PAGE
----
photo of bud schulman's bellWe are all saddened by the passing of Bud Schulman. As I read the responses by our members, I realized that many of the newer and younger members did not have the opportunity to meet or know him. Therefore, as a remembrance of Bud, I would like to provide everyone with a brief history of his professional life and how he became our mentor. One of my greatest honors as an orthodontist was being awarded the coveted Martin “Bud” Schulman award in 2003. It was a culmination of knowing Bud personally for 33 years.

In 1967, after completing my orthodontic education at Columbia University, I joined the orthodontic practice of Drs. Harry Galblum and Hito Suyehiro in Washington, DC. In that year, Dr. Galblum formed an orthodontic lab with two partners: Dr. Harold Eskew and Mr. Bud Schulman. The lab was called Dental Corporation of America, or DCA, located in Rockville, Maryland, and was to serve the local orthodontic community. I met Bud in 1967 and learned that he had previously bought a photo developing company and increased its value through proper management. He sold it at a large profit and retired at age 40. Being an active businessman he could not stay retired. He knew nothing about orthodontics, but Drs. Galblum and Eskew knew of him. They persuaded him to come out of retirement and use his management skills to run DCA. DCA made retainers as well as custom-made metal bands. It was quite an advancement. We would take alginate impressions, send them to DCA, and they would form the bands and solder or weld on the attachments. We would receive all the bands and, for the most part, they fit well. Remember this was before bonded brackets were developed and before preformed bands were popular. The lab grew rapidly in its early years and Bud met many orthodontists at various meetings. I was fortunate to know Bud and become his friend during his early years in the orthodontic business. He always looked after me as the young associate and advised me many times on investments as well as practice management.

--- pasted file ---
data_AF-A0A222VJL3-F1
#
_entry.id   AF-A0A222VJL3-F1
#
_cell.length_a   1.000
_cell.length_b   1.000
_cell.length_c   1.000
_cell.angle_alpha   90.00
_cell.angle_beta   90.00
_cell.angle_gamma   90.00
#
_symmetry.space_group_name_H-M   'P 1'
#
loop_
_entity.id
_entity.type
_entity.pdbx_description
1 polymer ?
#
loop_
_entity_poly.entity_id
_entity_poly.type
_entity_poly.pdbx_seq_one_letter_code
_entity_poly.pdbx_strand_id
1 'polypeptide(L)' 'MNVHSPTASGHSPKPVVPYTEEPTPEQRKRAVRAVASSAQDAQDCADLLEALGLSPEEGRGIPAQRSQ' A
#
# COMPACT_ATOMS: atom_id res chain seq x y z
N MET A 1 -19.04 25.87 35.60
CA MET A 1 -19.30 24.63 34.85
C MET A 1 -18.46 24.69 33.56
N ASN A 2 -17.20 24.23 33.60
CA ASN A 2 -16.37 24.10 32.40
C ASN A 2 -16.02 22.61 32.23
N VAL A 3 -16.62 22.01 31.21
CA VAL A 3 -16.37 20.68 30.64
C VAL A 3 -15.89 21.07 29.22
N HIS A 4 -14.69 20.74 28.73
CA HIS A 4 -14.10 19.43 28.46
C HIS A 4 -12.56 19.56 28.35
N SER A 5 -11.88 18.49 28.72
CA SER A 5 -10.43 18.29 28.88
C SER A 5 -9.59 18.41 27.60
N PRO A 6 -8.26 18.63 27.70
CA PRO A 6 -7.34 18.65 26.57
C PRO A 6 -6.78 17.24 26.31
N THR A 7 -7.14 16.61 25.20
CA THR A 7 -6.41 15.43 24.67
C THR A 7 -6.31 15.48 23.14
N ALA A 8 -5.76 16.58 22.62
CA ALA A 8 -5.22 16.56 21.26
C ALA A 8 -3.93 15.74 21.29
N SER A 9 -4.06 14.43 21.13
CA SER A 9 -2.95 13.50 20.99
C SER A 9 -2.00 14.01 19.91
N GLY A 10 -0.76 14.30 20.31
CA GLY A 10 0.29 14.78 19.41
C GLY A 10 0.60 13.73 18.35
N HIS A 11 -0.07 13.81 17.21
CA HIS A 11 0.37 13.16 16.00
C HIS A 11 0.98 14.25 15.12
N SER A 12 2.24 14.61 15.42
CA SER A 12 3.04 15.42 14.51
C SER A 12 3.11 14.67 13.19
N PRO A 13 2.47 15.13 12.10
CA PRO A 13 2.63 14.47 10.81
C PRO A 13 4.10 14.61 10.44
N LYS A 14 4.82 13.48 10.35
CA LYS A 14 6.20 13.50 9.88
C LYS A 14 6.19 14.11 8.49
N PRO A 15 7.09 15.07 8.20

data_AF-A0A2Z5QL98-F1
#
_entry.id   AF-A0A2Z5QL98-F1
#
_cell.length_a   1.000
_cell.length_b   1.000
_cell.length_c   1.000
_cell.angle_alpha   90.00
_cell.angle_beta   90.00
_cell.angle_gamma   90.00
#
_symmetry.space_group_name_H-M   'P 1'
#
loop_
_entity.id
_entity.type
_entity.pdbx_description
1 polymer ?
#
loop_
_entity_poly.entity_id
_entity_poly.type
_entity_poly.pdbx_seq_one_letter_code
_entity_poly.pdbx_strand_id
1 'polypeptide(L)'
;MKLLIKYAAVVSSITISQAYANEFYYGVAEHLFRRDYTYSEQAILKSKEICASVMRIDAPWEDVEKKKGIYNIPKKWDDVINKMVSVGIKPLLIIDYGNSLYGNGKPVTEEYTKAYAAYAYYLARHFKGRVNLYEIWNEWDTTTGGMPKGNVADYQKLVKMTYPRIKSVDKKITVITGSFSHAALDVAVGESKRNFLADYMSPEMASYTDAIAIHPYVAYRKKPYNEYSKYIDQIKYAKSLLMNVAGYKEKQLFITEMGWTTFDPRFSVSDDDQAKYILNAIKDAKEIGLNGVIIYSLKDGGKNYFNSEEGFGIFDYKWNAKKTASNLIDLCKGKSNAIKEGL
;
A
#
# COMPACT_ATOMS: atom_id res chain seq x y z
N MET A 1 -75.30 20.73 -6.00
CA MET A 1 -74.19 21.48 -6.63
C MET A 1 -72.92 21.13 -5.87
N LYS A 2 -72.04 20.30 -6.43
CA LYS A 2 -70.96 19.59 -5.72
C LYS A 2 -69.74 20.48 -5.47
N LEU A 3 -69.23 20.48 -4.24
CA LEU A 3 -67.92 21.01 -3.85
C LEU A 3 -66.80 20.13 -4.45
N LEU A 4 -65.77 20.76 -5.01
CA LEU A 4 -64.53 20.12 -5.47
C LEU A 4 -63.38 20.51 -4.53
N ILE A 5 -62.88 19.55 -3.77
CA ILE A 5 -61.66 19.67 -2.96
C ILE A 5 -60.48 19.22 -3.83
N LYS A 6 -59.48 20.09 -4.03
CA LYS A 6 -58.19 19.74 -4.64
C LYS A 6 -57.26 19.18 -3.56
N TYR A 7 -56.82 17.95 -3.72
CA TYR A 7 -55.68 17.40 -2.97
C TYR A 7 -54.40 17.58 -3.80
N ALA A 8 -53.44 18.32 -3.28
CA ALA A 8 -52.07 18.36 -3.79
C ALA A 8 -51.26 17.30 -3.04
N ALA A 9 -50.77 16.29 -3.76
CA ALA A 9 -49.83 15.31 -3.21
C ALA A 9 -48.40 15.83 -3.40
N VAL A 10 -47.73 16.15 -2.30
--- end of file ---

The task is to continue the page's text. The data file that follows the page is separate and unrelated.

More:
In the early 1970s many orthodontists came to Washington to visit DCA and see Bud. Eventually Bud realized that most orthodontists were good clinicians but poor businessmen and managers. In a very short time, Bud spent most of his time advising orthodontists on both personal and business issues. He then gave up leading DCA and formed his consulting company to assist both young and older doctors. DCA was eventually sold and Bud was on his own.